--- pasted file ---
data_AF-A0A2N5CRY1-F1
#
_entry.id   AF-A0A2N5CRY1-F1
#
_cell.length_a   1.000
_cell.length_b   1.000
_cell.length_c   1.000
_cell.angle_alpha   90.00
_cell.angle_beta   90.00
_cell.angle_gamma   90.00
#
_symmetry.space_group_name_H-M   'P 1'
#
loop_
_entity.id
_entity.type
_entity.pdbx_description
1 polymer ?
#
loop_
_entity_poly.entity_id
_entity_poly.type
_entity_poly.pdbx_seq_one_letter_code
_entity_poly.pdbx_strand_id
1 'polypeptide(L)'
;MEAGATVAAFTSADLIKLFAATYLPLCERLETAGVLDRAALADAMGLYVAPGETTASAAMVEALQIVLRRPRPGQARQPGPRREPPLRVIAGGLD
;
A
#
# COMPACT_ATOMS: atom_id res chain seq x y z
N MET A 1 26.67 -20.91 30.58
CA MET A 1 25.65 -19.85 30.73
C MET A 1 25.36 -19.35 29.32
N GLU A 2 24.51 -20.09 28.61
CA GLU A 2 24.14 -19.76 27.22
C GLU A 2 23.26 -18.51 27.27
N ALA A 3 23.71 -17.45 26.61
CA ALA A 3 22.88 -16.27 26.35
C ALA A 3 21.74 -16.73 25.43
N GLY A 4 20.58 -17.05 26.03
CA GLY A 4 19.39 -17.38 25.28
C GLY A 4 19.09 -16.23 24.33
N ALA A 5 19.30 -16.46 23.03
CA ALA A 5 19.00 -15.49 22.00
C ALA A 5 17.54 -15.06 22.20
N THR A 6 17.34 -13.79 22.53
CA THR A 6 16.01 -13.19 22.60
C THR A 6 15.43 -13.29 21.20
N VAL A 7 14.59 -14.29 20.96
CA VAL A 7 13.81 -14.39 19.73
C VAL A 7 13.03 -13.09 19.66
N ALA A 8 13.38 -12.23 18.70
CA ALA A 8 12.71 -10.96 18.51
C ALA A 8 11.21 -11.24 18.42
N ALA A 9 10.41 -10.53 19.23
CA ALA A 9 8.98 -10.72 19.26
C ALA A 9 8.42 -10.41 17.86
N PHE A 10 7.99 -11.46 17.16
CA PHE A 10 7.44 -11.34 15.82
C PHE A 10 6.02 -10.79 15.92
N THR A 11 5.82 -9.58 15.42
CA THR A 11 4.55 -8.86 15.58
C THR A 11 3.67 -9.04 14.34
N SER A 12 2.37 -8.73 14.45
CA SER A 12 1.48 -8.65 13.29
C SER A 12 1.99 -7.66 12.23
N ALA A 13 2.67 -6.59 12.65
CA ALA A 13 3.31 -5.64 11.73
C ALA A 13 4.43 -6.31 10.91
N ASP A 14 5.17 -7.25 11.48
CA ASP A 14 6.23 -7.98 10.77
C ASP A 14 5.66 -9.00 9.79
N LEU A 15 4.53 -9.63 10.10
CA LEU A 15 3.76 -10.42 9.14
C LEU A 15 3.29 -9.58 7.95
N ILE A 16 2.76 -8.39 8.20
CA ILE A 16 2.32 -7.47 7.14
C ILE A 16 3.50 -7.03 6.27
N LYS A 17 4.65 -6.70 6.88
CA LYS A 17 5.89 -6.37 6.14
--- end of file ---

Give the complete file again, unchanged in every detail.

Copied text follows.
data_AF-A0A2N5CRY1-F1
#
_entry.id   AF-A0A2N5CRY1-F1
#
_cell.length_a   1.000
_cell.length_b   1.000
_cell.length_c   1.000
_cell.angle_alpha   90.00
_cell.angle_beta   90.00
_cell.angle_gamma   90.00
#
_symmetry.space_group_name_H-M   'P 1'
#
loop_
_entity.id
_entity.type
_entity.pdbx_description
1 polymer ?
#
loop_
_entity_poly.entity_id
_entity_poly.type
_entity_poly.pdbx_seq_one_letter_code
_entity_poly.pdbx_strand_id
1 'polypeptide(L)'
;MEAGATVAAFTSADLIKLFAATYLPLCERLETAGVLDRAALADAMGLYVAPGETTASAAMVEALQIVLRRPRPGQARQPGPRREPPLRVIAGGLD
;
A
#
# COMPACT_ATOMS: atom_id res chain seq x y z
N MET A 1 26.67 -20.91 30.58
CA MET A 1 25.65 -19.85 30.73
C MET A 1 25.36 -19.35 29.32
N GLU A 2 24.51 -20.09 28.61
CA GLU A 2 24.14 -19.76 27.22
C GLU A 2 23.26 -18.51 27.27
N ALA A 3 23.71 -17.45 26.61
CA ALA A 3 22.88 -16.27 26.35
C ALA A 3 21.74 -16.73 25.43
N GLY A 4 20.58 -17.05 26.03
CA GLY A 4 19.39 -17.38 25.28
C GLY A 4 19.09 -16.23 24.33
N ALA A 5 19.30 -16.46 23.03
CA ALA A 5 19.00 -15.49 22.00
C ALA A 5 17.54 -15.06 22.20
N THR A 6 17.34 -13.79 22.53
CA THR A 6 16.01 -13.19 22.60
C THR A 6 15.43 -13.29 21.20
N VAL A 7 14.59 -14.29 20.96
CA VAL A 7 13.81 -14.39 19.73
C VAL A 7 13.03 -13.09 19.66
N ALA A 8 13.38 -12.23 18.70
CA ALA A 8 12.71 -10.96 18.51
C ALA A 8 11.21 -11.24 18.42
N ALA A 9 10.41 -10.53 19.23
CA ALA A 9 8.98 -10.72 19.26
C ALA A 9 8.42 -10.41 17.86
N PHE A 10 7.99 -11.46 17.16
CA PHE A 10 7.44 -11.34 15.82
C PHE A 10 6.02 -10.79 15.92
N THR A 11 5.82 -9.58 15.42
CA THR A 11 4.55 -8.86 15.58
C THR A 11 3.67 -9.04 14.34
N SER A 12 2.37 -8.73 14.45
CA SER A 12 1.48 -8.65 13.29
C SER A 12 1.99 -7.66 12.23
N ALA A 13 2.67 -6.59 12.65
CA ALA A 13 3.31 -5.64 11.73
C ALA A 13 4.43 -6.31 10.91
N ASP A 14 5.17 -7.25 11.48
CA ASP A 14 6.23 -7.98 10.77
C ASP A 14 5.66 -9.00 9.79
N LEU A 15 4.53 -9.63 10.10
CA LEU A 15 3.76 -10.42 9.14
C LEU A 15 3.29 -9.58 7.95
N ILE A 16 2.76 -8.39 8.20
CA ILE A 16 2.32 -7.47 7.14
C ILE A 16 3.50 -7.03 6.27
N LYS A 17 4.65 -6.70 6.88
CA LYS A 17 5.89 -6.37 6.14